A former prosecutor has warned that it’s “troubling” a judge overseeing the case against former President Donald Trump appears to have made political donations to President Joe Biden’s campaign and other organizations.
Carol Lam, a former federal prosecutor in Southern California, told “MSNBC Reports” on Friday that Juan Merchan’s prior political contributions could pose an ethical issue for his continued handling of Trump’s case.
“I think the optics are a bit problematic,” Lam said. “To be clear, the donations were made in 2020 before Judge Merchan had either the Trump Organization case assigned to him, or obviously this case, but it is troubling optics, I think, for any judge to have made a political contribution, and then to have a party who is either the beneficiary or not the beneficiary of that political contribution before that judge in court. Now, it was a trivial amount of money, and this is a trial-level judge.”
“The judge, in this case, is not the ultimate trier of fact, the jury is, but the judge does call some balls and some strikes during the course of the trial, and if there’s a conviction, the judge is responsible for sentencing. That is all subject to review on appeal,” she continued. “However, it is probably not the best course of action for a judge to have made political contributions while a sitting judge, with the possibility that such cases can arise before him.”
According to a recent review of Federal Election Commission (FEC) records, Merchan donated $15 to “Biden for President”—Biden’s official 2020 presidential campaign.
It also shows two other $10 contributions, one earmarked to the “Progressive Turnout Project,” an organization whose stated mission is to “rally Democrats to vote,” and another to “Stop Republicans,” a subsidiary of the Progressive Turnout Project that describes itself as a “grassroots-funded effort dedicated to resisting the Republican Party and Donald Trump’s radical right-wing legacy.”
NTD News reached out to Merchan’s office, Biden For President, and the Progressive Turnout Project for further comment but did not receive a response before this article was published.
Trump Accuses Judge of Bias
On April 4, Trump pleaded not guilty in a New York City court to 34 felony charges following an unprecedented indictment brought by Manhattan District Attorney Alvin Bragg.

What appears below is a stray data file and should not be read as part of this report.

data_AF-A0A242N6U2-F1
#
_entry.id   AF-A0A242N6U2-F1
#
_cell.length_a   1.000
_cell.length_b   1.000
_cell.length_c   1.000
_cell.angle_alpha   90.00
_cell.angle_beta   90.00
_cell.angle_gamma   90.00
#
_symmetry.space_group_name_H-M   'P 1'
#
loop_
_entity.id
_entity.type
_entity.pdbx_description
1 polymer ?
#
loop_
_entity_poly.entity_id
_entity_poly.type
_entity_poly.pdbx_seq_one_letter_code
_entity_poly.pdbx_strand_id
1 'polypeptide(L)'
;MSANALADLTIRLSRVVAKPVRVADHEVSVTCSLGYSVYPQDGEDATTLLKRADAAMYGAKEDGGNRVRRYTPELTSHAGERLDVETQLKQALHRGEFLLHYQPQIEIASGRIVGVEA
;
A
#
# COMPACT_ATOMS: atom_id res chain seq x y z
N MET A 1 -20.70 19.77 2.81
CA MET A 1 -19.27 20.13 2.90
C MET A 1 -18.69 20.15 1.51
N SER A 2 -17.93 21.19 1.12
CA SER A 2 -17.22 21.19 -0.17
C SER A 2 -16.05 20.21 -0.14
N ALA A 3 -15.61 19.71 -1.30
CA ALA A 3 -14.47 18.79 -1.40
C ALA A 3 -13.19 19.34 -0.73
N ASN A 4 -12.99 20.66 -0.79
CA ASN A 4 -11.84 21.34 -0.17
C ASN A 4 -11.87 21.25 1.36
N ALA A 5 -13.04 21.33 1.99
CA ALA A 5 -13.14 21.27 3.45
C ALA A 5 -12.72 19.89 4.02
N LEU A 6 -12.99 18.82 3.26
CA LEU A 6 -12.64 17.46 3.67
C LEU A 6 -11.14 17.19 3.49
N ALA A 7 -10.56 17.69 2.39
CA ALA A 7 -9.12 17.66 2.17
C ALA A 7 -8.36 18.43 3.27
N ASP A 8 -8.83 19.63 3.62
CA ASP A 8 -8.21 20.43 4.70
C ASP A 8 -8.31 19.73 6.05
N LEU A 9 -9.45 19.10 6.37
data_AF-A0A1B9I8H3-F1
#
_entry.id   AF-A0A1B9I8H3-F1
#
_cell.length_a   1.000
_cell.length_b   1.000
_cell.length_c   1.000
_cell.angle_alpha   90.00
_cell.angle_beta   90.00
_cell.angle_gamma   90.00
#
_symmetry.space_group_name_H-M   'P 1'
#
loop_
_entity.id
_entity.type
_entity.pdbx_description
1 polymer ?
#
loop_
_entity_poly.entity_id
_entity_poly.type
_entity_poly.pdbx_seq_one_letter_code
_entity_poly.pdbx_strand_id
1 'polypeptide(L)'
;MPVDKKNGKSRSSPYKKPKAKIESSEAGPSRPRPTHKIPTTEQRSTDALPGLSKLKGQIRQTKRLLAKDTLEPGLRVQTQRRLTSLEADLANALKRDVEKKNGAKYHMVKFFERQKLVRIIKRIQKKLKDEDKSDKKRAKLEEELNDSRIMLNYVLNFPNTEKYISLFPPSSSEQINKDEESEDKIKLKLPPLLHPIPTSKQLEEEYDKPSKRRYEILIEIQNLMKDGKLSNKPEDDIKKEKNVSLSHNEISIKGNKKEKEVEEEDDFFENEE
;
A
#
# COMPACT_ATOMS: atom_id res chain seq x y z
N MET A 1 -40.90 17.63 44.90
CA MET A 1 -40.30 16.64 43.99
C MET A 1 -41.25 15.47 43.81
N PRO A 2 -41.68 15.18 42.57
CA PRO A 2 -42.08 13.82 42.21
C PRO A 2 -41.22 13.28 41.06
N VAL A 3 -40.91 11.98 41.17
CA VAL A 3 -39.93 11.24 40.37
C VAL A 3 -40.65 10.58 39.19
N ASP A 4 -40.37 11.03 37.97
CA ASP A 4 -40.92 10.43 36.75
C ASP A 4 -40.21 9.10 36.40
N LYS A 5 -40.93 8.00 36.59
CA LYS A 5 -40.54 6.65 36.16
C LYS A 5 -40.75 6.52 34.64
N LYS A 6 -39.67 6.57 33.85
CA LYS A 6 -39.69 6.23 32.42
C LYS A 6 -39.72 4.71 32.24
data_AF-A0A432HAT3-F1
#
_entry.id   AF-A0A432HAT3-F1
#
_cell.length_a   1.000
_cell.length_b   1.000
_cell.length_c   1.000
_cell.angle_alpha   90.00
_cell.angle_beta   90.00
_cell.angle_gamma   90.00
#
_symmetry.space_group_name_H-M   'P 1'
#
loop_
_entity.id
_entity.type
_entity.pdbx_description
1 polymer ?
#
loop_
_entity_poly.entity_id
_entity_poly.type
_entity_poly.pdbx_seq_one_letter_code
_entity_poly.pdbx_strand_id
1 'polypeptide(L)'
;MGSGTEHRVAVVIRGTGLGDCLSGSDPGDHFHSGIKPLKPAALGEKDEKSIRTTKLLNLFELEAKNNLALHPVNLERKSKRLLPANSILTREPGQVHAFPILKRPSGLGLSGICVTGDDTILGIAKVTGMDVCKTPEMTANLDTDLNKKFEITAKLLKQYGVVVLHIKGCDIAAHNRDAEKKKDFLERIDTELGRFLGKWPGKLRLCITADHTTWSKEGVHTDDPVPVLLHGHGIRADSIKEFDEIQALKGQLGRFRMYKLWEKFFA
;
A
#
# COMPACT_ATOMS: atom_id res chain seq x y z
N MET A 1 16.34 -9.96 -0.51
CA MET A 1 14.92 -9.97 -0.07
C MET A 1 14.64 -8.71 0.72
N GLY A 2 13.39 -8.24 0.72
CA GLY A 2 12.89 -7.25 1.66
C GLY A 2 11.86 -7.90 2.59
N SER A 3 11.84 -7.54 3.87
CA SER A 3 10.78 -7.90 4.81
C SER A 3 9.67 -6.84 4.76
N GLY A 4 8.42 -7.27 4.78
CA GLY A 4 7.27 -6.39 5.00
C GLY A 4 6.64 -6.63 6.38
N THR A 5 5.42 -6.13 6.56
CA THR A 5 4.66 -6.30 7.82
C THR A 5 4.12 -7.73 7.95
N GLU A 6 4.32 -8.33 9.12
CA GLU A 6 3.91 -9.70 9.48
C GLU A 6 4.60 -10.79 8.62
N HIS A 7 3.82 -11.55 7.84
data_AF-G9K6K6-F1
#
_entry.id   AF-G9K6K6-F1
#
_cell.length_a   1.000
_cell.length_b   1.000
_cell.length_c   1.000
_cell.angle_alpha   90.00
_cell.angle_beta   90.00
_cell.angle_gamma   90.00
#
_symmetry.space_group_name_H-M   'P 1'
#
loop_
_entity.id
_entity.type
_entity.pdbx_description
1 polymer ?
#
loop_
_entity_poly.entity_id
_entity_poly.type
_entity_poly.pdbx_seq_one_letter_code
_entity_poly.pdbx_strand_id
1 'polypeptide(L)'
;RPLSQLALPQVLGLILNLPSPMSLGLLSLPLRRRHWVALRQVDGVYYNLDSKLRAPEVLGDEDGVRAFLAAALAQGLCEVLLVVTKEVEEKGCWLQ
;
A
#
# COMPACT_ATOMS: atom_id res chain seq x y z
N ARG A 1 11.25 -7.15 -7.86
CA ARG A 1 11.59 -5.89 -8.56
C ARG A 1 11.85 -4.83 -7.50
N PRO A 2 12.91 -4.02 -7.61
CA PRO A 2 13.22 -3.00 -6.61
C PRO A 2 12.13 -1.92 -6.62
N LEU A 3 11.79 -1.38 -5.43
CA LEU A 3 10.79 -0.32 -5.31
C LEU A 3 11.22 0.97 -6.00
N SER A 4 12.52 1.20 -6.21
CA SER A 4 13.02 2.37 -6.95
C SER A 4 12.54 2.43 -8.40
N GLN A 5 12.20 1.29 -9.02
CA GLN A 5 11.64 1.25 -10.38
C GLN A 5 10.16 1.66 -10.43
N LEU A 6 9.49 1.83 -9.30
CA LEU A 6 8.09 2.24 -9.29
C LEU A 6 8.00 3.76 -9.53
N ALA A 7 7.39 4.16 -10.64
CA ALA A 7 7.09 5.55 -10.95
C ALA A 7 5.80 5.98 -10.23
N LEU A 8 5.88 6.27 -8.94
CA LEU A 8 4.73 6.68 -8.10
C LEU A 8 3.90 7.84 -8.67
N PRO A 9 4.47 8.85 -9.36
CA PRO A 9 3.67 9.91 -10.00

The frontrunner for the Republican presidential nomination allegedly orchestrated payments to two women before the 2016 election to suppress publication of their alleged affairs with him. Trump has denied having an affair with either woman, saying he’s a victim of extortion.
Meanwhile, Trump has already spoken out against Merchan, accusing the judge of holding a political bias against him in the case.
In a March 31 post on Truth Social, Trump wrote, “The Judge ‘assigned’ to my Witch Hunt Case, a ‘Case’ that has never been charged before, hates me. His name is Juan Manuel Marchan [sic], was hand-picked by Bragg & the Prosecutors.”
Trump noted that Merchan has presided over previous cases involving Trump’s business affiliates and alleged Merchan “strong-armed” former Trump Organization CFO Allen Weisselberg into taking a plea deal in a recent case.
While some legal experts have played down the donations as “trivial” due to the size of the payments, others have questioned whether they could cause the case to be tossed on appeal.
Pentagon correspondent Kristina Wong wrote in a post on Twitter that Merchan, by making the political contributions, violated New York’s Code of Judicial Conduct, noting that it could give grounds for an ethics investigation, according to several legal experts and former prosecutors.
Judge Juan Merchan, who is overseeing former President Donald Trump’s case in Manhattan, violated New York’s Code of Judicial Conduct by making three donations to Democrats in 2020, which could be grounds for an ethics investigation, according to several legal experts and former…
— Kristina Wong ?? (@kristina_wong) April 6, 2023
Section 100.5 of the New York Code of Judicial Conduct states sitting judges cannot “directly or indirectly engage in any political activity” except to vote, identify himself or herself as a member of a political party, and comment “on behalf of measures to improve the law, the legal system or the administration of justice.” Prohibited political activity includes “soliciting funds for, paying an assessment to, or making a contribution to a political organization or candidate.”
The New York State Advisory Committee on Judicial Ethics’s yearly-updated handbook (pdf) further states, “A sitting judge may not make political contributions at any time, even to a U.S. presidential candidate or to a federal congressional candidate outside of New York State.”
Stephen Gillers, a legal ethics professor at New York University, told CNN that Merchan’s reported political donation to Biden for President, and possibly the one to Stop Republicans, “would be forbidden unless there is some other explanation that would allow them.”
However, Gillers said that he believes the donations “would be viewed as trivial” due to the small sums given. He also noted that New York State’s Commission on Judicial Conduct would likely remind the judge of the rules if a complaint was filed.
When asked if the contributions could be grounds for a legal challenge or recusal, Gillers said, “Absolutely not. This does not come anywhere near the kind of proof required for recusal.”
Mike Davis, a former Republican chief counsel on the Senate Judiciary Committee, told the network that Merchan’s apparent political donations should disqualify him from overseeing the case against Trump.
“He donated to Joe Biden’s campaign. He should get off this case. And this judge has a history, with President Trump, in prior cases,” Davis said.
Ryan Morgan contributed to this report.